Below is a summary of what we found. If you want to see the evidence supporting our summary please read the full report.

Is the service safe?

We observed interactions between staff and people who lived at the home that were respectful and friendly. People were relaxed in the company of staff.

People we spoke with who lived at the home told us they felt safe living there. One person said, �It�s as safe as your own house here.� One relative said �It�s such a relief to know that [family member] is safe and being well cared for. It�s a weight off my mind.�

Systems were in place to make sure that managers and staff learned from events such as accidents and incidents, whistleblowing and investigations. This reduced the risks to people and helped the service to continually improve.

We found risk assessments had been undertaken to identify any potential risk and the actions required to manage the risk. This meant that people were not put at unnecessary risk but also had access to choice and remained in control of decisions about their lives.

The home had policies and procedures in relation to the Mental Capacity Act and Deprivation of Liberty Safeguards. Although no applications had been submitted relevant staff had been trained to understand when an application should be made and how to submit one. This meant that people would be safeguarded.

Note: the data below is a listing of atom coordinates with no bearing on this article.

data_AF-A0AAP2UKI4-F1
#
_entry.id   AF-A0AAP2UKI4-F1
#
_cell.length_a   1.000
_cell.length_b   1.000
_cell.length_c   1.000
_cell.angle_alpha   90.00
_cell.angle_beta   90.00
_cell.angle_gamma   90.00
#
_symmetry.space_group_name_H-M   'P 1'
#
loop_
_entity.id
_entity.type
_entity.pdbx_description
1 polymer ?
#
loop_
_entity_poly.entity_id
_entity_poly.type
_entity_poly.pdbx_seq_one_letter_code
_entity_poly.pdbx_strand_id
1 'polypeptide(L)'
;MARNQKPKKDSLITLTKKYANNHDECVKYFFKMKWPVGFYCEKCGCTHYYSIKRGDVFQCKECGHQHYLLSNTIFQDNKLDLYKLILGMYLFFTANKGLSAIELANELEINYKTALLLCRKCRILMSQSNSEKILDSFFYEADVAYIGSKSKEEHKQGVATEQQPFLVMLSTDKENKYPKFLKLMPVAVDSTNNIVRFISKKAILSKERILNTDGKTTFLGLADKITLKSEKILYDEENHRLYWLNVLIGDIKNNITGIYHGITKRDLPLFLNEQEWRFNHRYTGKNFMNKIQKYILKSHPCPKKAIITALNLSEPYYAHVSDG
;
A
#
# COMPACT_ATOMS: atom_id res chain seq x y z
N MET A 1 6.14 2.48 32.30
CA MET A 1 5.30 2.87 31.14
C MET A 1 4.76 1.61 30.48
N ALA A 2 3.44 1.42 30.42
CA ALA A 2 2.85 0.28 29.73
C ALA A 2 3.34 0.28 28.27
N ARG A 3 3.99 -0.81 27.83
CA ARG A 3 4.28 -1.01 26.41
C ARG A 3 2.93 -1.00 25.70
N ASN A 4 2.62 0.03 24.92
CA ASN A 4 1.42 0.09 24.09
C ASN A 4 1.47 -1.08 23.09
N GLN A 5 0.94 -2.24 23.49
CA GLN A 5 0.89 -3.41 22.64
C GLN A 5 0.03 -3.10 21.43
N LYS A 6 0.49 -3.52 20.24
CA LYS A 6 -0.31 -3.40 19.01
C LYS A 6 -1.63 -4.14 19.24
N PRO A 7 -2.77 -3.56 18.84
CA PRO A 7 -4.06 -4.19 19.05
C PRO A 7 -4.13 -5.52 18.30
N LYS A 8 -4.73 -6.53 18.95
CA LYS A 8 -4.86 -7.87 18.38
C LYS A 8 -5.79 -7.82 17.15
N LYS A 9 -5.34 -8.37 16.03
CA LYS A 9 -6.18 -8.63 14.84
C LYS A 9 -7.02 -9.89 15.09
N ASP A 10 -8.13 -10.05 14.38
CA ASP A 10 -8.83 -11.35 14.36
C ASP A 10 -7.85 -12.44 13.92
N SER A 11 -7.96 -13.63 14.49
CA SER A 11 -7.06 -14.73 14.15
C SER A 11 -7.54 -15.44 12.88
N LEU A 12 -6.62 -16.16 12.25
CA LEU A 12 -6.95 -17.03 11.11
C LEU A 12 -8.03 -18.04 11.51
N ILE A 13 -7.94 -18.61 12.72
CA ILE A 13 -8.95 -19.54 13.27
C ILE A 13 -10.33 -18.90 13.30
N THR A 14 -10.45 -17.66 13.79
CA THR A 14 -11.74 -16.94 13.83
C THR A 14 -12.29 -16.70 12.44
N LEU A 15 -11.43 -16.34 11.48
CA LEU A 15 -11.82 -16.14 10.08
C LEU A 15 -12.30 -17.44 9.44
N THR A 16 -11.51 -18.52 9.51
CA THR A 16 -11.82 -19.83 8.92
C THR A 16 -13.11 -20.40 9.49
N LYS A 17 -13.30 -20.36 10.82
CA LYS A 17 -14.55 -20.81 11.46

The service had completed enhanced Disclosure and Barring Service (DBS) checks, formerly known as Criminal Records Bureau (CRB) checks for all staff working at the home. This helped to protect people who were receiving a service.

Is the service effective?

We found people were provided with nutritious food. Some people required specialised diets for health or personal reasons and these were provided.

People told us they liked the food. Comments included: �It�s all home cooked and always good. You never go hungry,� �The food is good. You can eat as much as you like� and �I�ve got no complaints about the food. It�s all good.�

During our visit, we found people were provided with the support they needed. We found staff knew people well and were aware of their individual preferences.

Care files we checked confirmed that initial assessments had been carried out by staff before people moved into the home. This was to ensure the home was able to effectively meet the needs of the people. Specialist mobility and equipment needs had been identified in care plans where required.

We looked at the staff training matrix and found significant gaps in the training provided. When we looked at staff files we found certificates for training staff had completed which was not recorded on the training matrix. This meant there remained some gaps in staff training, but until a full audit of this was completed it was not possible to assess what the gaps were. Also staff had not been provided with a yearly appraisal. This meant there was a risk staff were not properly trained and their competency appraised.

We have asked the provider to tell us what they are going to do to ensure persons employed are receiving appropriate training and appraisal.

Is the service caring?

We observed warm and respectful interactions between staff and people who used the service as well as some good humoured banter. We found staff treated people in a kind manner.